The Tomatometer rating – based on the published opinions of hundreds of film and television critics – is a trusted measurement of movie and TV programming quality for millions of moviegoers. It represents the percentage of professional critic reviews that are positive for a given film or television show.
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The Tomatometer is 60% or higher.
The Tomatometer is 59% or lower.
Movies and TV shows are Certified Fresh with a steady Tomatometer of 75% or higher after a set amount of reviews (80 for wide-release movies, 40 for limited-release movies, 20 for TV shows), including 5 reviews from Top Critics.
Percentage of users who rate a movie or TV show positively.
It's one thing for the filmmakers to (sort of) fictionalize real people, but Green Zone wraps up with a wish-fulfillment fantasy that is about as believable as watching reinforcements riding in to save Custer.
Paul Greengrass's loud, Damon-driven documentary-style thriller confusingly weaves fact and fiction and whipsaws between various conspiracy theories, while the nonstop action mimics an Xbox splatter game.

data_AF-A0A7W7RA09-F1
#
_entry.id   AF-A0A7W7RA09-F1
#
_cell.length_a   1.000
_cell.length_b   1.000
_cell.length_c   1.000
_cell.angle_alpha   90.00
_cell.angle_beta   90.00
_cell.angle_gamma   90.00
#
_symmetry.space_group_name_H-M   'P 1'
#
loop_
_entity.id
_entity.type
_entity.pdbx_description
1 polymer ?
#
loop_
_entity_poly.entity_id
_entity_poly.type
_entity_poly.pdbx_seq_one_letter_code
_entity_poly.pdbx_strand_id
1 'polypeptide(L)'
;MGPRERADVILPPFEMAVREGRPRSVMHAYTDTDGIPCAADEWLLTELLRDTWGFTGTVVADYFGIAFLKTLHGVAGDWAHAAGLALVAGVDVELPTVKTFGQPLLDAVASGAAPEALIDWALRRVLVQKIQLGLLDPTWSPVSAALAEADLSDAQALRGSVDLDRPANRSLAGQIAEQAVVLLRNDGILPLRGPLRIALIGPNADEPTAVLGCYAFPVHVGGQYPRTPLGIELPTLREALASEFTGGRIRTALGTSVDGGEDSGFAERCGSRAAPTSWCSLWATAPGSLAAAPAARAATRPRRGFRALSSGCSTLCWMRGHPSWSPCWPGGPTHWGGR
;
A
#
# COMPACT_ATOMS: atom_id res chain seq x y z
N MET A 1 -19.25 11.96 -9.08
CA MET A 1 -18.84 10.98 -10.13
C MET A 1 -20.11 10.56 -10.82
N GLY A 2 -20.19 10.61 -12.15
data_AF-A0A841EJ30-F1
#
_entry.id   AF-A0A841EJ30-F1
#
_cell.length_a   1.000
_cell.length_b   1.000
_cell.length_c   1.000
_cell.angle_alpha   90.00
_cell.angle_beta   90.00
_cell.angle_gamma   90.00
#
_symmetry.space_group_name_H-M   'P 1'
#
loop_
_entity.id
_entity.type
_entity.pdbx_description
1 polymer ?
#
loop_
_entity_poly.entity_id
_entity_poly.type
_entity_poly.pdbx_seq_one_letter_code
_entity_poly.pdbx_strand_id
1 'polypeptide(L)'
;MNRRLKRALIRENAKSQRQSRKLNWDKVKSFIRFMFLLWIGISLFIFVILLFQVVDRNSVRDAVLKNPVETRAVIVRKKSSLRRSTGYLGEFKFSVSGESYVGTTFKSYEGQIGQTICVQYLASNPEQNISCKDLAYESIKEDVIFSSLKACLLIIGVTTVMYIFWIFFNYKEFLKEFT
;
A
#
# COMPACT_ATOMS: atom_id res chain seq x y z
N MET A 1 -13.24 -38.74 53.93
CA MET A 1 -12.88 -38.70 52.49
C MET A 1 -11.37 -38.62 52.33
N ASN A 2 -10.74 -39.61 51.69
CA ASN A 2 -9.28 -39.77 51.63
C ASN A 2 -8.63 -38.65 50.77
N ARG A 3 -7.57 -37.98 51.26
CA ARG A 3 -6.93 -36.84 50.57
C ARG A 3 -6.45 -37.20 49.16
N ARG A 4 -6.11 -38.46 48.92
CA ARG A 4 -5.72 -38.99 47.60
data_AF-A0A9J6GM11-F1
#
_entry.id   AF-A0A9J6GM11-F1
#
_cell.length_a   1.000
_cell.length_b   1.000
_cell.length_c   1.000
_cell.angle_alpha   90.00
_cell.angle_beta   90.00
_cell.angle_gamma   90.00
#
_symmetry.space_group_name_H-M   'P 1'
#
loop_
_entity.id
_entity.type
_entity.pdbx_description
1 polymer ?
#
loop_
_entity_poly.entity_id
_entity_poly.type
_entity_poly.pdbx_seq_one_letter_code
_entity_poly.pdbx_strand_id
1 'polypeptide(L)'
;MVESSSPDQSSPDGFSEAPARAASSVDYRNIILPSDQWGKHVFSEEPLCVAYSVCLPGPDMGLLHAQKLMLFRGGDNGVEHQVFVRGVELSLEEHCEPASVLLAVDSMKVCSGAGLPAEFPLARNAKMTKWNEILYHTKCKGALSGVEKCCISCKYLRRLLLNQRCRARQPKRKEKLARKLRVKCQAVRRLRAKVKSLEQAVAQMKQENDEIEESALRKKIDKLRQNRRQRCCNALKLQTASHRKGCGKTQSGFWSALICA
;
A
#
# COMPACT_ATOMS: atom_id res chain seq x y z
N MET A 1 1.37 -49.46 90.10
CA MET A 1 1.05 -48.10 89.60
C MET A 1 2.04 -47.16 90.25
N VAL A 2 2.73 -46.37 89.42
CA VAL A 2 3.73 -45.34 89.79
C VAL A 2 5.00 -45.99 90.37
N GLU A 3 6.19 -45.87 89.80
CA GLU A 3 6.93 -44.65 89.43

When Mr. Greengrass made United 93, his 2006 reconstruction of one of the Sept. 11 hijackings, some people fretted that it was too soon. My own response to Green Zone is almost exactly the opposite: it's about time.
What Chandrasekaran did so well -- tenaciously cataloging the colossal morass of America's small and not-so-small mistakes -- Greengrass eschews for the popcorn-crunching conventions of a Hollywood potboiler.
It's a tribute to Matt Damon's special quality as an actor -- not his star wattage, but his ability to project a certain simple human decency -- that we care about him even when we only see the side of his head...
The movie might have seemed a revelation if it had been released six or seven years ago, but there's no fresh angle, few surprises and no character who steps boldly forward to suggest heroism or corruption.
So vivid and convincingly realistic is the physical depiction of Baghdad in the early days of the American occupation that the introduction of trumped-up thriller elements feels like an unwanted intrusion.